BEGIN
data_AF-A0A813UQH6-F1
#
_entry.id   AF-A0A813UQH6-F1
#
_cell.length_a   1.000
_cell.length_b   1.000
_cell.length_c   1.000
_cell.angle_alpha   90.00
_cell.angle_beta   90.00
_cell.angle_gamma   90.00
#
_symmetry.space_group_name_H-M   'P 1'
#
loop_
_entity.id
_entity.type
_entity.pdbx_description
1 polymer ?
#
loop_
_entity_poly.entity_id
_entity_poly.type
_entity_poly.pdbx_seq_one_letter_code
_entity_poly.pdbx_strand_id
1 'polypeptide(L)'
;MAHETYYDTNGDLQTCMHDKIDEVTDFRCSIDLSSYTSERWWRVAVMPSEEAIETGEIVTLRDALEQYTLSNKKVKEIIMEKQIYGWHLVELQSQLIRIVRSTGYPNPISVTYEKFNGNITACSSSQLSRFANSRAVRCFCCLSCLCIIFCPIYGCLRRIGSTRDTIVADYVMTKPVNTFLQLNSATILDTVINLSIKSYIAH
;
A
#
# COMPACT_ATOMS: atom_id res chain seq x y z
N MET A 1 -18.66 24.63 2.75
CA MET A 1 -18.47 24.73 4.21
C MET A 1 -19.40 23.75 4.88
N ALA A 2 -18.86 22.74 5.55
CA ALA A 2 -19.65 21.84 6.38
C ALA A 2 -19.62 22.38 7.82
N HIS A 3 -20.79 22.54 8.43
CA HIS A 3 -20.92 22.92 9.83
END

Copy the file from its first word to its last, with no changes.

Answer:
data_AF-A0A813UQH6-F1
#
_entry.id   AF-A0A813UQH6-F1
#
_cell.length_a   1.000
_cell.length_b   1.000
_cell.length_c   1.000
_cell.angle_alpha   90.00
_cell.angle_beta   90.00
_cell.angle_gamma   90.00
#
_symmetry.space_group_name_H-M   'P 1'
#
loop_
_entity.id
_entity.type
_entity.pdbx_description
1 polymer ?
#
loop_
_entity_poly.entity_id
_entity_poly.type
_entity_poly.pdbx_seq_one_letter_code
_entity_poly.pdbx_strand_id
1 'polypeptide(L)'
;MAHETYYDTNGDLQTCMHDKIDEVTDFRCSIDLSSYTSERWWRVAVMPSEEAIETGEIVTLRDALEQYTLSNKKVKEIIMEKQIYGWHLVELQSQLIRIVRSTGYPNPISVTYEKFNGNITACSSSQLSRFANSRAVRCFCCLSCLCIIFCPIYGCLRRIGSTRDTIVADYVMTKPVNTFLQLNSATILDTVINLSIKSYIAH
;
A
#
# COMPACT_ATOMS: atom_id res chain seq x y z
N MET A 1 -18.66 24.63 2.75
CA MET A 1 -18.47 24.73 4.21
C MET A 1 -19.40 23.75 4.88
N ALA A 2 -18.86 22.74 5.55
CA ALA A 2 -19.65 21.84 6.38
C ALA A 2 -19.62 22.38 7.82
N HIS A 3 -20.79 22.54 8.43
CA HIS A 3 -20.92 22.92 9.83